FHA Loan

FHA (as defined by HUD)
Federal Housing Administration; established in 1934 to advance homeownership opportunities for all Americans; assists homebuyers by providing mortgage insurance to lenders to cover most losses that may occur when a borrower defaults; this encourages lenders to make loans to borrowers who might not qualify for conventional mortgages.

 
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What does that mean to you?

As stated in the definition above, FHA is a mortgage type that allows for borrowers with fair to average credit scores obtain a mortgage with a minimal down payment required.  As guidelines stand now FHA allows for purchases up to 96.5% of the sales price.  This means the typical down payment on a FHA loan is as low as 3.5% of the sales price.
 
Minimum Down payment = Sales price X .035
 
FHA loans require two forms of mortgage insurance, known as UFMIP (up-front mortgage insurance premium) and MIP (mortgage insurance premium).  These figures are calculated by a percentage of the loan amount.  The up-front mortgage insurance premium has the option of being financed into the loan and the mortgage insurance premium is a monthly premium that is included in your monthly note. 

Currently the UFMIP premium being charged to the loan is 1.75% but remember, this is most often financed back into the loan. 

The monthly mortgage insurance premium can vary based on the term of the loan and the amount of down payment being paid at the time of closing.   Any new FHA mortgage with a down payment of less than 10% requires monthly mortgage insurance payments for the life of the loan.  All down payments 10% or more of the sales price requires monthly mortgage insurance payments remain in place for 11 years.   This is why it is important to compare the total amount paid over the life of the loan on different loan types to make sure you are getting the best overall deal you can afford for the length of time you plan on owning the property.
 
 


Why choose FHA?
 

Although FHA charges two types of mortgage insurance premiums it does allow for borrowers to purchase homes with a lower down payment and with lower credit scores than what would be required on a Conventional mortgage.  FHA also typically has lower interest rates than what Conventional loans offer which helps offset some of the mortgage insurance charges when comparing principal, interest and mortgage insurance payments.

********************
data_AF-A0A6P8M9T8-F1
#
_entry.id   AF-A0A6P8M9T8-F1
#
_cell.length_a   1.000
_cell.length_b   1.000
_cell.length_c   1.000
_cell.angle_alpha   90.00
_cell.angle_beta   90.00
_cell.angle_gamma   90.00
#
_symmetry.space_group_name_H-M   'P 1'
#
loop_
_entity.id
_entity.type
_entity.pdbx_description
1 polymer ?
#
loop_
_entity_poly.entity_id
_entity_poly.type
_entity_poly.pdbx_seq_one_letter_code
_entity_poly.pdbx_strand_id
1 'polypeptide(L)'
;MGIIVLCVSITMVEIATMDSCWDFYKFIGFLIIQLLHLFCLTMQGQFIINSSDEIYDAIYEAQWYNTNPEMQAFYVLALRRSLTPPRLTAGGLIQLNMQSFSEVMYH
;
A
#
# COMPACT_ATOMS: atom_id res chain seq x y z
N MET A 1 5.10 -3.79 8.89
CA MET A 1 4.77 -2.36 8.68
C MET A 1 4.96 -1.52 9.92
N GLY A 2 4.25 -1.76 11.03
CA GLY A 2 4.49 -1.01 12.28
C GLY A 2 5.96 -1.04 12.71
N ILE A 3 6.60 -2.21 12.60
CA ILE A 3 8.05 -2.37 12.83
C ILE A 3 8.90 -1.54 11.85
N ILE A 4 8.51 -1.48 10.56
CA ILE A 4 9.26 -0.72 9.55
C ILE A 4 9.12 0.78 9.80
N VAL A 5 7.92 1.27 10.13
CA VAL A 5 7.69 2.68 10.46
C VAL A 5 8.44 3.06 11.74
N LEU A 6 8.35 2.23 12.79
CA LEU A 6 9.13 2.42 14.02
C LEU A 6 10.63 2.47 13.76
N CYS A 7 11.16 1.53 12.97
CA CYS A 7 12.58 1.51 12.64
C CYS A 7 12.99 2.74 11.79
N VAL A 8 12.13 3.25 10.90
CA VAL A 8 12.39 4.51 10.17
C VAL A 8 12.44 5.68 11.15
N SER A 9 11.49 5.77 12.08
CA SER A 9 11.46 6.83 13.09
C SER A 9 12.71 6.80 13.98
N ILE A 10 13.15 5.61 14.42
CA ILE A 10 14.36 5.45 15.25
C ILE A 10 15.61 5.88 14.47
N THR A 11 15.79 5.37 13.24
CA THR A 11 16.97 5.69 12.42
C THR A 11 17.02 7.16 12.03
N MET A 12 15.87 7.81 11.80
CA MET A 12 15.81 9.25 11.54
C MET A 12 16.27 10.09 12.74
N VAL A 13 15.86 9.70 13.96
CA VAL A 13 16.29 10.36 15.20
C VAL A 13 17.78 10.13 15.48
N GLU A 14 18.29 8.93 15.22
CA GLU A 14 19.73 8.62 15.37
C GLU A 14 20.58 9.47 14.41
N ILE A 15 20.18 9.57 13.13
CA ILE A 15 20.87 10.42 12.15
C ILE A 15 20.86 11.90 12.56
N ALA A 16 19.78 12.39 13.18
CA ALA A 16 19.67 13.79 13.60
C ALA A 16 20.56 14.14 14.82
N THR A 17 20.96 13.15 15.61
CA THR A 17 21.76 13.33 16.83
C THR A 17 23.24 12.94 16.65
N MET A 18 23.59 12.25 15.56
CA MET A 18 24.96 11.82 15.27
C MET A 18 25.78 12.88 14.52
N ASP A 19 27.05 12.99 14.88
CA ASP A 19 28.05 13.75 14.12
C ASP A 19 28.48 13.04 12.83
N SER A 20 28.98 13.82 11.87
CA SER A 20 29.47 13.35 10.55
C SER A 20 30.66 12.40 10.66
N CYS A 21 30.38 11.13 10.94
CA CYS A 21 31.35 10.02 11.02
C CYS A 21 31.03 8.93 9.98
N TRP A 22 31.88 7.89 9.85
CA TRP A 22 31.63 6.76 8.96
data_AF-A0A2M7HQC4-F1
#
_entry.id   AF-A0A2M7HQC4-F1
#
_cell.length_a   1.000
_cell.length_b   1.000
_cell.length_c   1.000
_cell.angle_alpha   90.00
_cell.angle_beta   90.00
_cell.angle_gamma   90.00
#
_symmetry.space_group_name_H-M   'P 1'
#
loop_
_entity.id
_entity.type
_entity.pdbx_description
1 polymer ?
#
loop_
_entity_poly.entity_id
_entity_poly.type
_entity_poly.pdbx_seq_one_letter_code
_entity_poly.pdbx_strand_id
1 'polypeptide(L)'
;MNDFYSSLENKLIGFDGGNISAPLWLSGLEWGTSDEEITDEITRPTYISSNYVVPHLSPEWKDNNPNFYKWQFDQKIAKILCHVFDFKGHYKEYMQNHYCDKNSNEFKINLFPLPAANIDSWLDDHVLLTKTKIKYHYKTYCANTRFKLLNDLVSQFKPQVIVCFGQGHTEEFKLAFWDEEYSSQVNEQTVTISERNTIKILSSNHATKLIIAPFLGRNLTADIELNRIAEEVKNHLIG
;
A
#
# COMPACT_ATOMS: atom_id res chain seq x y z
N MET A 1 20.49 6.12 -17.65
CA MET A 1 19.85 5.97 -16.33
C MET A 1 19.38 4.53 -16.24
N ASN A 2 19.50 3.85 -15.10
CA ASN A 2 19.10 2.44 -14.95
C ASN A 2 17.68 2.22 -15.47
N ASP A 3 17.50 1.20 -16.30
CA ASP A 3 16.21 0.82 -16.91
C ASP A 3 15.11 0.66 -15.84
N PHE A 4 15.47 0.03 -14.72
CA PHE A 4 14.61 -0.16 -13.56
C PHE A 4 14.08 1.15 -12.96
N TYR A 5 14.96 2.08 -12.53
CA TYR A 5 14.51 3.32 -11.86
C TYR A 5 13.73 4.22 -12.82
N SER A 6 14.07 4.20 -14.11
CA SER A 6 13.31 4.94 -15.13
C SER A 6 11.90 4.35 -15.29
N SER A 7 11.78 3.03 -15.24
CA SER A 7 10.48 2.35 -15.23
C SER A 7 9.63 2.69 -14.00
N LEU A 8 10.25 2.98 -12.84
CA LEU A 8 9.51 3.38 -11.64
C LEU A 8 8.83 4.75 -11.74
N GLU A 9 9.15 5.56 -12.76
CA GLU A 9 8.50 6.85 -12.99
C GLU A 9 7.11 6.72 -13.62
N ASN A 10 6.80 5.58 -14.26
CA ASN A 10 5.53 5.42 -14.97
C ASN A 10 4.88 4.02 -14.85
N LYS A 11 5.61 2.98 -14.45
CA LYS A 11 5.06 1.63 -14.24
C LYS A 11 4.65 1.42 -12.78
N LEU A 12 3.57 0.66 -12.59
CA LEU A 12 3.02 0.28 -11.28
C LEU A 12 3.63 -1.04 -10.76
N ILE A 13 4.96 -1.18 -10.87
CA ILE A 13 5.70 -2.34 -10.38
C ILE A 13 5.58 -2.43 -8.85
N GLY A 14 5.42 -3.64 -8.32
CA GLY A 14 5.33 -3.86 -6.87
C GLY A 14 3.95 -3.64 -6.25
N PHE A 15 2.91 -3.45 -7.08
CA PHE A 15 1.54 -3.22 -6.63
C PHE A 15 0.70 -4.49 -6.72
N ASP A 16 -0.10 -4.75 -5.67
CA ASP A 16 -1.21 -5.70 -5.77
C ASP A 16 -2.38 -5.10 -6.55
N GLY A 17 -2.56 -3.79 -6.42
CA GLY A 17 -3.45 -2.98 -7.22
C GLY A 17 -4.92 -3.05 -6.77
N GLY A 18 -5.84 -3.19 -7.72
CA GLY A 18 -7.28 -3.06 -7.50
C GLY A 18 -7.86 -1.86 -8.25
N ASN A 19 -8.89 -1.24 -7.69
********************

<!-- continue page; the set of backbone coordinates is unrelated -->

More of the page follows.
Other financing options provided by FHA include 100% financing for victims displaced by the recent flooding (203h), repair opportunities (203k) and condominium financing (234c). 
 


Benefits of a FHA loan:

 
  • Smaller down payment requirements (as low as 3.5%) for purchases
  • Larger seller concessions allowed towards closing than on conventional loans.  A seller concession is another term for seller paid closing cost.
  • More lenient credit requirements, some lenders will even consider taking credit scores as low as 580 if the other borrower requirements are met.
  • Gift funds for the 3.5% down payment are allowed.   This has to be documented.  Discuss with LA Lending at the time of application to make sure all conditions are met.
  • Property types up to 4 units are allowed on FHA purchases.  One unit will need to be owner occupied to have the loan considered a primary residence loan.
  • Per HUD guidelines FHA mortgages are assumable.  This means you may be able to transfer your FHA mortgage to another purchaser once they have been deemed credit worthy by your lender.  This does not automatically release you from the liability.  Your lender will have additional forms to complete to release you from the liability.
 
 
 

Restrictions on FHA loans:

 
  • Purchases are restricted to only owner occupied borrowers
  • Typically only one FHA loan is allowed per borrower.  (Exceptions can be made for extenuating circumstances).
 
# of Units Loan limitations in Louisiana
1 $275,665.00
2 $352,950.00
3 $426,625.00
4 $530,150.00
 
  • The subject property has to meet FHA property requirements.  FHA appraisals are conducted by specialty appraisers to ensure the property meets minimum standards determined by FHA.  Those include any deficiency that would cause concern for safety and any condition that would affect the structural integrity of the property.  The appraiser will need to comment that the property meets FHA guidelines and if it does not, list all concerns and a cost to repair all items within FHA standards.  The buyer cannot pay for these repairs.  All repairs will need to be made by the seller.  This is a very important hurdle when obtaining a FHA loan and it is very important when making repair request to the seller to keep this in mind.
 
A FHA loan can be a great option for many buyers who otherwise wouldn’t be in the position to purchase.  Because of the appraisal requirements it is very important to stay in contact with your mortgage professional during the appraisal inspection period.  A good realtor can help you determine if the property meets FHA standards and if not, can help you negotiate the seller make the applicable repairs.  See our page featuring recommended professionals to find the right realtor to help you!

 
 
**Loan specifics listed here are just for informational purposes and are not to be used to replace a consultation with a licensed mortgage professional. 
 

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